Preterm labor (PTB, delivery prior to 37 weeks’ gestation) is the leading cause of neonatal morbidity and mortality in high-resource countries . Its complications are estimated to account for approximately 35% of the neonatal deaths annually , and surviving preterm babies have an increased risk of neurodevelopmental impairments, respiratory, and gastrointestinal complications [12, 13]. Findings from previous studies show that preterm labor is associated with several maternal risk factors , pregnancy history and characteristics, as well as many genetic, environmental, and societal factors [15, 16]. Among these factors, maternal viral infection is an important risk factor for preterm labor, mainly due to the activation of inflammatory pathways by viral factors [17, 18]. A large number of studies have explored the impact of maternal chronic HBV infection on preterm labor, but the research results are inconsistent. Some studies suggest maternal HBV infection is associated with an increased risk of preterm labor [19,20,21]. However, other studies find no such association [22, 23].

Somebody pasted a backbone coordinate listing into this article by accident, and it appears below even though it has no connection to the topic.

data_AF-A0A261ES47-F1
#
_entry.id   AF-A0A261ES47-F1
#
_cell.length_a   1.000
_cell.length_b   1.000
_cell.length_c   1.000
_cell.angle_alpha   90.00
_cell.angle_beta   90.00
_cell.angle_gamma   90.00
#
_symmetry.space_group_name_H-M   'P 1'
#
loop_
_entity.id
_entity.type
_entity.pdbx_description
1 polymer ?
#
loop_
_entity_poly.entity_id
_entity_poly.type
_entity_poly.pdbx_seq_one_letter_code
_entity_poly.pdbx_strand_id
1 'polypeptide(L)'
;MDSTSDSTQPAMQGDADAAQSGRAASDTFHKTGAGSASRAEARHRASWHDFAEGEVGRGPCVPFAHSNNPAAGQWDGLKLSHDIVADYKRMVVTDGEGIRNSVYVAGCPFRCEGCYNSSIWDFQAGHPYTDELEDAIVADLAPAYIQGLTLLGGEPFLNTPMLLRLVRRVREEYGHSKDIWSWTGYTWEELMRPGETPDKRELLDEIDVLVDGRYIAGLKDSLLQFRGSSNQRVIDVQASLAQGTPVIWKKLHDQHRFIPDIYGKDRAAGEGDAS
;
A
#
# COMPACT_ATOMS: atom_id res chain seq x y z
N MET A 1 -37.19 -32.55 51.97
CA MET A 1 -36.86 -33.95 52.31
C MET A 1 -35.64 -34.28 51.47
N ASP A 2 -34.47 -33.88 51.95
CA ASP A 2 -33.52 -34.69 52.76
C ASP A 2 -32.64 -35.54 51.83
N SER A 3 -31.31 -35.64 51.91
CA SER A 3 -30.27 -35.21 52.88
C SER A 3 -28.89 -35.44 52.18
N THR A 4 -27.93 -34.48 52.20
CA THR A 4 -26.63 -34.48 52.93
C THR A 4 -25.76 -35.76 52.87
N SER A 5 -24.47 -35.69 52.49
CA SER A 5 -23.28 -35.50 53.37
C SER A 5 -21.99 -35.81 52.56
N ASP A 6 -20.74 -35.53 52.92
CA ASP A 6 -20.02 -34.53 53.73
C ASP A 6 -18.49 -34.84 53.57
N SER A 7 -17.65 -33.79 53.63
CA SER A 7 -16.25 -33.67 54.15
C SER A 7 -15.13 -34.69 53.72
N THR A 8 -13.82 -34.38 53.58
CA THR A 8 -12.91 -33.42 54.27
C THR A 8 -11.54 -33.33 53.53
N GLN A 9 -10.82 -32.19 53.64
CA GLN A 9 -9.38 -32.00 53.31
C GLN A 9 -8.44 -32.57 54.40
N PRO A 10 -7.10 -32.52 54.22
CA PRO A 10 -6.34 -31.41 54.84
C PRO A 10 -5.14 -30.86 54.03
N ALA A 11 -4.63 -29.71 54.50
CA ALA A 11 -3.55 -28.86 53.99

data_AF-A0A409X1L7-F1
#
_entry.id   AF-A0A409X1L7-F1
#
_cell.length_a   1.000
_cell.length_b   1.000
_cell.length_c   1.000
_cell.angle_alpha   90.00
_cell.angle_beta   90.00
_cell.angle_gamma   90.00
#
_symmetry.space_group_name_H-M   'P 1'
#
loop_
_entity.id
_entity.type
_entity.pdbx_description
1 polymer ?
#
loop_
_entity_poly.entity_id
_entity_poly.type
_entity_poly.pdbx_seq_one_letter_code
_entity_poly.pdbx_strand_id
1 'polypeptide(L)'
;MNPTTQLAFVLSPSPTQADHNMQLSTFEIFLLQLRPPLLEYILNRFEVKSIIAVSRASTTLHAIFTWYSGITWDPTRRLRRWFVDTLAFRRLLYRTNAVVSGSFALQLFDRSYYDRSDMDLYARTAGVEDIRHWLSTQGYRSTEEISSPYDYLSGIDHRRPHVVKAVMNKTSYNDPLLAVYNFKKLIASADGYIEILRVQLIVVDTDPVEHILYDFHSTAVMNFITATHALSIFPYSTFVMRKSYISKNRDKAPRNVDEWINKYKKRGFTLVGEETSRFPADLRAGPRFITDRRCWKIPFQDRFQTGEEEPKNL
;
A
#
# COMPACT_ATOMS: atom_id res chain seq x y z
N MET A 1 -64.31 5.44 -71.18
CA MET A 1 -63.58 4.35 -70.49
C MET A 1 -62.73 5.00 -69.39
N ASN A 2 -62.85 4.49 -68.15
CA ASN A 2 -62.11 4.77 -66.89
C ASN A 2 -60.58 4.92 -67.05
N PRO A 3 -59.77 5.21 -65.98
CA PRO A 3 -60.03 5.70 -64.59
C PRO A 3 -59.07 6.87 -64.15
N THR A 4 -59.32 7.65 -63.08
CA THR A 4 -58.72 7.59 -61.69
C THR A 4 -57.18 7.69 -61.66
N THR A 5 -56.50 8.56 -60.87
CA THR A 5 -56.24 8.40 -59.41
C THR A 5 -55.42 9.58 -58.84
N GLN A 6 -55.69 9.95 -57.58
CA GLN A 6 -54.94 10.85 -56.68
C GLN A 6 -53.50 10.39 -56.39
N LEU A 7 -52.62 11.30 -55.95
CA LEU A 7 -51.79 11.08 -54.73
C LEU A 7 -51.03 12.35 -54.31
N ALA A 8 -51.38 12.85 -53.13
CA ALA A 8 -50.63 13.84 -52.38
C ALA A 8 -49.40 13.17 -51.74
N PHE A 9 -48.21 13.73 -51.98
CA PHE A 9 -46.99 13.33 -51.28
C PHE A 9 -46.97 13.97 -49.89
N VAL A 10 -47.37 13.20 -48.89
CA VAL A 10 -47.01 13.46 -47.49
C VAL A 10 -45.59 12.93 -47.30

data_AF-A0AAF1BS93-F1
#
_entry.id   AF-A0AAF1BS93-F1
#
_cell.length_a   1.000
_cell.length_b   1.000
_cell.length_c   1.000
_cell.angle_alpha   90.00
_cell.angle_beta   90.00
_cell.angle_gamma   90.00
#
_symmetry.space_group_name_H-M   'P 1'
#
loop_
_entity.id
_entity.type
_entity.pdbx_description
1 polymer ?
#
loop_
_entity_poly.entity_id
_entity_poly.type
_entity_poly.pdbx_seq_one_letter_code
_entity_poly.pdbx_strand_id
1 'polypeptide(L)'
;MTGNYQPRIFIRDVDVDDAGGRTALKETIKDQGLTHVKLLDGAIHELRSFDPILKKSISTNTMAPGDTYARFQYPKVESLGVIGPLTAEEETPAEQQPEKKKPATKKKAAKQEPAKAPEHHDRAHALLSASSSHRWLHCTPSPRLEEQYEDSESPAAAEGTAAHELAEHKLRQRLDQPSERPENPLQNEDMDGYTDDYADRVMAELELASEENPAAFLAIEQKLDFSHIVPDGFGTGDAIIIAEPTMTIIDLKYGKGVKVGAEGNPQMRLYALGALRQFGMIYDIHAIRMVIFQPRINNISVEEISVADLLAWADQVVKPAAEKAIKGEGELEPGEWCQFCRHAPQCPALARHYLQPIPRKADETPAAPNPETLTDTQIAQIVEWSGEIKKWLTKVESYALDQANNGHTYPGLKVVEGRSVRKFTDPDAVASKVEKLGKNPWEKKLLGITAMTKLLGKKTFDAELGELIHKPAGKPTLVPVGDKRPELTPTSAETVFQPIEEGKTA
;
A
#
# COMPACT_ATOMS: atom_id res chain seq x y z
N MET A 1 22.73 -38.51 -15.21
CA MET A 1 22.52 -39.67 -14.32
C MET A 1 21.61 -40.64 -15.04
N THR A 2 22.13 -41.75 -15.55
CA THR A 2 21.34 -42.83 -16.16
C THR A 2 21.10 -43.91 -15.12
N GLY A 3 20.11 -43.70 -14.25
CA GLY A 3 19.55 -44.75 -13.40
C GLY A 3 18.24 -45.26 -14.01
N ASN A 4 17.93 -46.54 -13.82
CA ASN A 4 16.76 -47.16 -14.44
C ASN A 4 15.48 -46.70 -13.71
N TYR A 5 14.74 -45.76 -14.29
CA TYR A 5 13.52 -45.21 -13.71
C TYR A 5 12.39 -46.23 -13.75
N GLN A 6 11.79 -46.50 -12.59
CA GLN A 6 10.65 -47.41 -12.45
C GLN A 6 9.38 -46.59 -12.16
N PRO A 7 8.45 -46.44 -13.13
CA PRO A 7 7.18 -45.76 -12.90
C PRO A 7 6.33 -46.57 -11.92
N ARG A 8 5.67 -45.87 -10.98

Maternal age and education level are general demographic characteristics, most frequently studied as factors influencing health. Maternal age and education level are common factors that have been related both to HBV infection and preterm labor [24,25,26]. The accumulated evidence indicated that the population with different ages had various degrees of infection risk after exposure to hepatitis B virus [27, 28]. Even in women with HBV infection, age is associated with HBV DNA level and hepatitis B e antigen (HBeAg) status. Young women are more likely to have a high HBV viral load and HBeAg positivity than older women . Additionally, the effects of maternal age on preterm labor have long been reported. Advanced maternal age significantly increased the risk of preterm labor . Similarly, maternal education level may influence HBV infection status and preterm labor risk. Low schooling level is significantly associated with HBV infection and preterm labor [25, 26]. Whether maternal age and educational level could modify the relationship between HBV infection and preterm labor is unclear.
In this hospital-based retrospective cohort study, we investigated whether maternal age and education level could modify the association of chronic HBV infection with preterm labor.